Q: The upper part (metal retainer plate) of the oil dipstick on my engine is rusting, symptomatic of regular condensation build-up inside the engine. I am particularly worried that this is releasing rust stains/particles in the oil. Do you recommend replacement of the rusting part with a carefully re-riveted stainless steel plate or should I simply buy a new dipstick?
Concerns: Yours is a common situation. In extreme cases, the dipstick bracket has rusted completely through, allowing the stick itself to drop into the engine oil sump…from where it is very difficult to remove.
Treating the symptoms: Either option (a new dipstick, or a stainless steel replacement) will eliminate the corrosion problem, at least in the short run.
Addressing the cause: This rusting comes from condensation that forms on the dipstick when moisture from hot engine oil is cooled where the dipstick is in contact with cooling air flow in the engine. There’s no way to prevent this condensation from forming–but you CAN prevent it from settling on the inside of the dipstick, where it will corrode the metal. Try drying the inside of the oil cap with a cloth, then spraying a liberal dose of LPS-1, WD-40 or some other moisture-displacing lubricant on the inside of the cap. These lubricants will prevent water formation on these “rust-able” surfaces.
Q: In a light twin, if I have rotated without enough remaining runway to land, the gear is still down and I lose an engine, what am I to do?
The problem: You’ve discovered why the procedure in light twins is almost always to retract landing gear as soon as you’ve confirmed a positive rate of climb (an exception is the Cessna Skymaster, whose gear retraction geometry significantly increases drag while the gear is in transit). Unless the airplane is VERY lightly loaded and the air temperature very cool, you will not have enough power to climb on a single engine with the landing gear down. Most light twins cannot even hold level altitude on one engine in this configuration, let alone climb.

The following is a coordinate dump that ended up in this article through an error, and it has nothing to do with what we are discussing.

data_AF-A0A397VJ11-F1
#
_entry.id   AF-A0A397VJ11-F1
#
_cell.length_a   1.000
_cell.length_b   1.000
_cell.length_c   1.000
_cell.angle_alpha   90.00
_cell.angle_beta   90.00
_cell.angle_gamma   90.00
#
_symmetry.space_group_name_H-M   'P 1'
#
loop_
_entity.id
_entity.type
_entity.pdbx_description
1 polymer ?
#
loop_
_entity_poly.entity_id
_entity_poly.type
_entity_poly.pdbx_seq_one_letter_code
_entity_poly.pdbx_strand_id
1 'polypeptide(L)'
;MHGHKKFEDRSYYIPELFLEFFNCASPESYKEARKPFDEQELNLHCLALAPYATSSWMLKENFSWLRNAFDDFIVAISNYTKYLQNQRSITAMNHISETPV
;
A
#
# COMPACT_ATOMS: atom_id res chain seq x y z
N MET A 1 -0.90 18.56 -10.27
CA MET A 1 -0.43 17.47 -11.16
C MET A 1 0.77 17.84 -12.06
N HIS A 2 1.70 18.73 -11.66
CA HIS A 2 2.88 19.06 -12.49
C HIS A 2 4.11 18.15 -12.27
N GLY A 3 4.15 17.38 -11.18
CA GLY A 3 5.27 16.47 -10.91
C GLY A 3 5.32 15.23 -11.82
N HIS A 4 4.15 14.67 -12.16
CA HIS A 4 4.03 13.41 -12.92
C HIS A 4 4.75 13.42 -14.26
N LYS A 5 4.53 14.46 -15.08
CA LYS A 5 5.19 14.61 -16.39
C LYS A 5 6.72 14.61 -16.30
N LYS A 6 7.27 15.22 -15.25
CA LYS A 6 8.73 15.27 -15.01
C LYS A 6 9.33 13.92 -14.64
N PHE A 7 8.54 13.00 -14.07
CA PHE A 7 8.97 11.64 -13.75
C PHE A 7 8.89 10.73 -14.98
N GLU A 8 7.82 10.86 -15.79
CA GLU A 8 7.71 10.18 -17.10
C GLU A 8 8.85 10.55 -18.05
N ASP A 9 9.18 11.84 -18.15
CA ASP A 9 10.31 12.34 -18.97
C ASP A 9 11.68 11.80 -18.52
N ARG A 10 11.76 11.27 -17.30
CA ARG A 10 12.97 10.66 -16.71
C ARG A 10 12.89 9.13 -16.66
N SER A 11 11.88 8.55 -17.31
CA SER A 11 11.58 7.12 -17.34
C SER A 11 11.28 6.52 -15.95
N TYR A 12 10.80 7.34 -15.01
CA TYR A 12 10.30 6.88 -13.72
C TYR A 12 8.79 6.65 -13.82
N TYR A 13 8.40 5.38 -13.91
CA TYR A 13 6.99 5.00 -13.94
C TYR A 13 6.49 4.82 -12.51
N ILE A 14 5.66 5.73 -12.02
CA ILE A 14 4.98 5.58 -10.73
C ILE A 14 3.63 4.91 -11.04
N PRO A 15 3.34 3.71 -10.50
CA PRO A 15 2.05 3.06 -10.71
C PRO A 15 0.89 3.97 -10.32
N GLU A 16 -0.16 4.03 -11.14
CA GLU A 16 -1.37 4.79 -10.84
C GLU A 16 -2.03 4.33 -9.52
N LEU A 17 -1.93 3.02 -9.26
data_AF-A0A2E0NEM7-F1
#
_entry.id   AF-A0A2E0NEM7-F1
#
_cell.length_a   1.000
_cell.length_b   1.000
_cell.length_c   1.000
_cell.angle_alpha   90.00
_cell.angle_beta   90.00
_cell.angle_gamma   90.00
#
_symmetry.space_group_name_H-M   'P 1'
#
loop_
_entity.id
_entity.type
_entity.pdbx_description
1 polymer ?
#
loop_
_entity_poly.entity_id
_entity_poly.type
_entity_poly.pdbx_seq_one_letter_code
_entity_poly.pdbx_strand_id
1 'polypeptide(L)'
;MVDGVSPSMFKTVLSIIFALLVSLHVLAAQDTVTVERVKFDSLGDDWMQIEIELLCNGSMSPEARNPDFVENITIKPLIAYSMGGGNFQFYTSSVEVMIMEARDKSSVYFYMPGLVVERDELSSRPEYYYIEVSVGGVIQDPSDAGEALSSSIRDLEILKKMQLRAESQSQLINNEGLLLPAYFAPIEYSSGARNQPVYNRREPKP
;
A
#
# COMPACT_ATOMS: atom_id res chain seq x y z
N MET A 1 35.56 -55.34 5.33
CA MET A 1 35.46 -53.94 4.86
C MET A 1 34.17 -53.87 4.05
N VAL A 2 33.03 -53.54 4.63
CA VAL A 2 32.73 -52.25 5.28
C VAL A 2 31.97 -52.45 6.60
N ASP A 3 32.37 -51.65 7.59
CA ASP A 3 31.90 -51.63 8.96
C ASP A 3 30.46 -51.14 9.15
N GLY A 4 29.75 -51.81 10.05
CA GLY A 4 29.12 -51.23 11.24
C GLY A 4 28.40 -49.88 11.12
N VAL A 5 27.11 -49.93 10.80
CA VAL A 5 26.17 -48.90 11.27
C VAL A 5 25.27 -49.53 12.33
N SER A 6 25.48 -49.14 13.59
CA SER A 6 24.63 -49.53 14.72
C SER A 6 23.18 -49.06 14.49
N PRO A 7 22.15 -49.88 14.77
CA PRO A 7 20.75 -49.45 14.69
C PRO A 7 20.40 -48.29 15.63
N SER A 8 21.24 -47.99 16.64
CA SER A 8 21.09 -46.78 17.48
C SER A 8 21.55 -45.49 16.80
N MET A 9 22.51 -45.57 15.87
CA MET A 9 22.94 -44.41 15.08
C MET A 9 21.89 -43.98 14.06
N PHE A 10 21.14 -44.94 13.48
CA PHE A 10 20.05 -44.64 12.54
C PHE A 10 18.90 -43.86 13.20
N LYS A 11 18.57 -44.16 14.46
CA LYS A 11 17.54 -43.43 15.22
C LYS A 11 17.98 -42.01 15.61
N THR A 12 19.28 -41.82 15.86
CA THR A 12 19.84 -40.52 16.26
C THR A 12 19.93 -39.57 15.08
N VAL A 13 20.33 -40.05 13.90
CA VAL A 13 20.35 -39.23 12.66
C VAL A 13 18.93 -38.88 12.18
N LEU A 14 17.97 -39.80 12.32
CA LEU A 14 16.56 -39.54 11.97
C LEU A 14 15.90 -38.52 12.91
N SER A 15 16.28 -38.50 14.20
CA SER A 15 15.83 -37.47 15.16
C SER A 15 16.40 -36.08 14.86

In fact, the rate of deceleration on a single engine with gear extended, when begun from an initial climb attitude, is so great that almost all other light twins will rapidly slow to “red radial” (VMC) speed and below if the pilot attempts to continue a climb after engine failure.
The risks: “But wait,” you might think, “the landing gear comes up rapidly. Can’t I hold it off long enough to immediately retract the landing gear?” In my experience, (having presented this precise scenario literally thousands of times while instructing in the Beech Baron simulator at FlightSafety) no. Even with practice (and knowing that the failure will occur at 100 feet above ground, with the gear still down), almost no one I ever trained could safely “fly out” of the scenario. Add the “surprise” factor and lack of immediate, prior practice, and I’m sure that virtually no one can avoid an incipient VMC event, followed by a wing strike and uncontrolled cartwheel, if attempting to continue to fly under such circumstances.
Most light twins’ POH performance charts confirm this, showing that the “Accelerate-Go” option is possible under the best of circumstances only at very light weights and low density altitudes.
Strategy: What I’ve always taught is “if the gear is up, go up; if the gear is down, go down.” By “go down” I mean immediately retard BOTH throttles and land straight ahead, under control, just as if you’d experienced an engine failure on takeoff in a single-engine airplane. Historically your chances of survival are much better if you do this than if you attempt to fly out of an engine failure in the takeoff configuration.
Retract the landing gear upon confirming a positive rate of climb in order to limit your exposure to this critical scenario in the unlikely event of an engine failure immediately after takeoff.
THE BOTTOM LINE: Questions are how new pilots, and pilots new to airplane types or flight operations, learn. Answering questions makes them better … and also refreshes and informs the person giving the answer. Got questions? Send me an e-mail and we’ll all learn.